Transportation generates one-fourth of U.S. greenhouse gas emissions, so addressing this sector’s impact is crucial for climate protection.

Making the Case for Prefab Zero-Energy Homes

Posted on November 28, 2016 by Bruce Sullivan

Because zero-energy homes are built to higher standards than most ordinary homes, they require greater attention to detail and often cost somewhat more. These two realities make zero energy homes especially well suited to the economies of scale, the speed of construction, and the precision industrial methods involved in modern prefab construction.

Break It or Lose It

Posted on November 24, 2016 by Andrea Love

Over the past 20 years, the building industry has experienced renewed interest in reducing the energy demand of buildings. At the building code level, groups such as the American Society of Heating, Refrigerating and Air-Conditioning Engineers (ASHRAEAmerican Society of Heating, Refrigerating and Air-Conditioning Engineers (ASHRAE). International organization dedicated to the advancement of heating, ventilation, air conditioning, and refrigeration through research, standards writing, publishing, and continuing education. Membership is open to anyone in the HVAC&R field; the organization has about 50,000 members. ) have been steadily raising the bar on performance criteria for building envelopes and systems. Designers have been challenged to find and implement technologies and solutions that can practically and economically affect the energy demands of our buildings.

Operating at Net-Zero Energy

Posted on November 22, 2016 by Paul Eldrenkamp and Rachel White

A few months ago we completed a deep energy retrofit of a house that we hope will be net-zero energyProducing as much energy on an annual basis as one consumes on site, usually with renewable energy sources such as photovoltaics or small-scale wind turbines. — in other words, that we hope will produce as much energy as it consumes on an annual basis. If we succeed, this will be our first net-zero project.

There are two key strategies for designing a net-zero-ready home: you minimize the amount of energy the house needs to operate; and you maximize the amount of energy that the house can produce onsite, usually with a photovoltaic(PV) Generation of electricity directly from sunlight. A photovoltaic cell has no moving parts; electrons are energized by sunlight and result in current flow. system (PVPhotovoltaics. Generation of electricity directly from sunlight. A photovoltaic (PV) cell has no moving parts; electrons are energized by sunlight and result in current flow.). In short, you create an energy budget that balances consumption with production.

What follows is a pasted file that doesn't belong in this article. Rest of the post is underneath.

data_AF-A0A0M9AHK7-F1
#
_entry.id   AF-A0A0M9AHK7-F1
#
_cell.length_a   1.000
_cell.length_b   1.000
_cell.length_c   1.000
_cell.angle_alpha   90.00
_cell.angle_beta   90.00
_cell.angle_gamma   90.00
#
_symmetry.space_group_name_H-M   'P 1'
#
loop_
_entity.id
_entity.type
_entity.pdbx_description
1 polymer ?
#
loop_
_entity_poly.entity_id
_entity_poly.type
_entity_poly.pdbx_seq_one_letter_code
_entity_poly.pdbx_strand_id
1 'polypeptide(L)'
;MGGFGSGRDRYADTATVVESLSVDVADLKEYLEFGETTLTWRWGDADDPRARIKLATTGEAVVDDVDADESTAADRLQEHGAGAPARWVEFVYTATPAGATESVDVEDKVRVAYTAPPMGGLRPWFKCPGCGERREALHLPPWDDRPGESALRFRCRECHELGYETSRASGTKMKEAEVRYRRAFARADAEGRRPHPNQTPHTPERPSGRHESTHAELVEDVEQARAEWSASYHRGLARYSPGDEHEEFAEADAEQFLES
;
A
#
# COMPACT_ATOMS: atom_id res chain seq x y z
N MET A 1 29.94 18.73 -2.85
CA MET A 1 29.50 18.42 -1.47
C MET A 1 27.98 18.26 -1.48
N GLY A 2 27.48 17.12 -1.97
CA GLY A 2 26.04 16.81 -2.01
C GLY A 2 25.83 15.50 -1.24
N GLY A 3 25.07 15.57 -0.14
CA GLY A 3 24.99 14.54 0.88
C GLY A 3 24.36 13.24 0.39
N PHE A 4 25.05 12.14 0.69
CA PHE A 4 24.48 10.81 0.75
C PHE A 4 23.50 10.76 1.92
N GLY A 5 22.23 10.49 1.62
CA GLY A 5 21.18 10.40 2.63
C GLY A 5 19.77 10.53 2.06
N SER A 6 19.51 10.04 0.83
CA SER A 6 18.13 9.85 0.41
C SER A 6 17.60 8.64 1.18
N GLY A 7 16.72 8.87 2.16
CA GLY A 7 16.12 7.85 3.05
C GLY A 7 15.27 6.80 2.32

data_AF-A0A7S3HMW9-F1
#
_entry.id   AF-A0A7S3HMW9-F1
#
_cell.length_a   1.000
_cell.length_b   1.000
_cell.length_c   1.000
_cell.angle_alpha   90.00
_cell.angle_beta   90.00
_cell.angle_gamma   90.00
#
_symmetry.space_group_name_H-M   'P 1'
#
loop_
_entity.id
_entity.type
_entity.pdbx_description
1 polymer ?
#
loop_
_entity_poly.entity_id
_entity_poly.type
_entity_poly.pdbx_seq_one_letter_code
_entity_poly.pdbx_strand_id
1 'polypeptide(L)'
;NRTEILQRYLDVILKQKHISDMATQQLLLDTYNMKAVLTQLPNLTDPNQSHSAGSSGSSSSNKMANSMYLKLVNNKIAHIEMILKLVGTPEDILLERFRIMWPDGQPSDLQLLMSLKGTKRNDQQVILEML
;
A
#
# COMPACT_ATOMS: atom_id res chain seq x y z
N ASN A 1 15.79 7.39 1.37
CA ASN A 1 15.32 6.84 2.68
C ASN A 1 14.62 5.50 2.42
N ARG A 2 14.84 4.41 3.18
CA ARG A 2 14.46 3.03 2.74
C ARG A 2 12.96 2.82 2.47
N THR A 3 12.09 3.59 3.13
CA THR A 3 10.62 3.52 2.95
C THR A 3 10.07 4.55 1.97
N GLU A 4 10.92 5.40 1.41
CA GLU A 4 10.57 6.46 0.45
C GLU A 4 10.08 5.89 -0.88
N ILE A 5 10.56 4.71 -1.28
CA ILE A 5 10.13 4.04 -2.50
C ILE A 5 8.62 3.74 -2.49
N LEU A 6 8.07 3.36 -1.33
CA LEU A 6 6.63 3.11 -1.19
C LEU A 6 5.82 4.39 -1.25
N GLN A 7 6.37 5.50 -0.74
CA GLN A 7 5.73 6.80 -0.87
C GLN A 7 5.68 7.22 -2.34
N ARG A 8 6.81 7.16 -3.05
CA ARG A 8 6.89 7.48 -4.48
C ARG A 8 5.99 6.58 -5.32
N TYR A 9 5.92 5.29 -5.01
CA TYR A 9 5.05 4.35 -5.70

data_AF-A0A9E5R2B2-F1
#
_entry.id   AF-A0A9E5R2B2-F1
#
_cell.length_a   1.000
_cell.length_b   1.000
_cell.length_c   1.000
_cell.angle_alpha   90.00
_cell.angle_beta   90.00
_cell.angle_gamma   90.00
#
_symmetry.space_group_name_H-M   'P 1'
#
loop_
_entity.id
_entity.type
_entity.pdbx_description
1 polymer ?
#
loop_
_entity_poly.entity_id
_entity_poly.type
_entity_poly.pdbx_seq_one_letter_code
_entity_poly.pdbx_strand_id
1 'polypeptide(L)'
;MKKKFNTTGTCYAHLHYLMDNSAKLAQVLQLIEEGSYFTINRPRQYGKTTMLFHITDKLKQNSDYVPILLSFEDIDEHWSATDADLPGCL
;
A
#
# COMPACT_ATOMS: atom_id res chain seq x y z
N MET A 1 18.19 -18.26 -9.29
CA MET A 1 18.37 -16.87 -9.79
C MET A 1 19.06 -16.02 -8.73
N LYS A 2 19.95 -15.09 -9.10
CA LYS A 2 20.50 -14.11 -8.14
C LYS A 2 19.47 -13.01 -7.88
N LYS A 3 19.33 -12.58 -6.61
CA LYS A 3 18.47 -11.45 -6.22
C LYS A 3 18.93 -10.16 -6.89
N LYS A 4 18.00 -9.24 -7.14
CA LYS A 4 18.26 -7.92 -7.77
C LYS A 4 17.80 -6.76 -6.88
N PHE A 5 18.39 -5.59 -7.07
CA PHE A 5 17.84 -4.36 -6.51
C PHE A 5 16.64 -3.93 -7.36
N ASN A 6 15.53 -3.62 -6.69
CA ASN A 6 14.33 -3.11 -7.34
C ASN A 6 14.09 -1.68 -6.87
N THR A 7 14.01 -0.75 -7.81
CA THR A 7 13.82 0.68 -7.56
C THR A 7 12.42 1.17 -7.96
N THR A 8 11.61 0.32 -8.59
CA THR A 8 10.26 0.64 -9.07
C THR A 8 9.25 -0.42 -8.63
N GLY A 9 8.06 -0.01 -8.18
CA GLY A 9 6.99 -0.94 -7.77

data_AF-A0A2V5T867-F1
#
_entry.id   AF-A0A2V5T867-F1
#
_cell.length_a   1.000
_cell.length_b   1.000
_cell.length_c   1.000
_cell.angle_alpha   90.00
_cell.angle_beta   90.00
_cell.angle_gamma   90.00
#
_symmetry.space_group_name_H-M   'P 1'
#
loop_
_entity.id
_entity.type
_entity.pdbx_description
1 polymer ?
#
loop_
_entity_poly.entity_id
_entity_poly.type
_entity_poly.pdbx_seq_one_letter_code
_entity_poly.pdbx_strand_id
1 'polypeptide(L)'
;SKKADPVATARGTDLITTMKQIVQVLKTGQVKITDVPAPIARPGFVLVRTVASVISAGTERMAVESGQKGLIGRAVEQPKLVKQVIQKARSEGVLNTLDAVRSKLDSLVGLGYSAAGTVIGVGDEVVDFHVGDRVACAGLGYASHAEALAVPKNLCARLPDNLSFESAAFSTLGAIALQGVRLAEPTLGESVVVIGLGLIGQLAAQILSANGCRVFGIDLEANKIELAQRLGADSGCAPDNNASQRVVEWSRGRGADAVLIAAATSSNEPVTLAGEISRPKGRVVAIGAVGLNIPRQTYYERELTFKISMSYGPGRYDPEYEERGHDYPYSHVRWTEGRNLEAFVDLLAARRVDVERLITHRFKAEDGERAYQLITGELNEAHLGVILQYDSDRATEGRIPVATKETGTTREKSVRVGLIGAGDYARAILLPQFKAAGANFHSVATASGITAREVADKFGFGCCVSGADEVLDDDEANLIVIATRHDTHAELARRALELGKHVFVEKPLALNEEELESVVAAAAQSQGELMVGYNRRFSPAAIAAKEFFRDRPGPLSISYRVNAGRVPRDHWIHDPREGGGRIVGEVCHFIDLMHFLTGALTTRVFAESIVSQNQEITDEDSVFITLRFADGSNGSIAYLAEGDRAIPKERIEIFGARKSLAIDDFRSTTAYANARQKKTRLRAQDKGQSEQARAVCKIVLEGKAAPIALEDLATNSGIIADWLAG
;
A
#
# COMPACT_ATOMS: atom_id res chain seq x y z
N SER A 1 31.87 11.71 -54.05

On College Campuses, Signs of Progress on Renewable Energy

Posted on November 15, 2016 by Anonymous

By BEN GOLDFARB

The soul of Arizona State University is Memorial Union, a hulking brick-and-glass community center that opens onto a sprawling pedestrian mall. Although the building sits at the heart of campus, its outdoor plaza was once virtually uninhabitable for four months each year, when summer temperatures in scorching Tempe often hover over 100 degrees.

So in 2014, the university — Arizona’s leading energy consumer — completed construction on a PowerParasol, a 25-foot-tall shade canopy composed of 1,380 photovoltaic(PV) Generation of electricity directly from sunlight. A photovoltaic cell has no moving parts; electrons are energized by sunlight and result in current flow. panels capable of producing 397 kilowatts of electricity.

The Rashkin Plan for Higher Profits with High-Performance Housing

Posted on November 8, 2016 by Fernando Pages Ruiz

Sam Rashkin is a man with a mission: a mission no less ambitious than to change the way American homebuilders conceive, construct, and promote their products.

As the father of the Energy StarLabeling system sponsored by the Environmental Protection Agency and the US Department of Energy for labeling the most energy-efficient products on the market; applies to a wide range of products, from computers and office equipment to refrigerators and air conditioners. Certified Homes Program, and now as chief architect of the building technologies office at the U.S. Department of Energy, his day-job description involves promoting super-energy-efficient construction. As a designer with businessman’s heart, he prefers to call it high performance construction.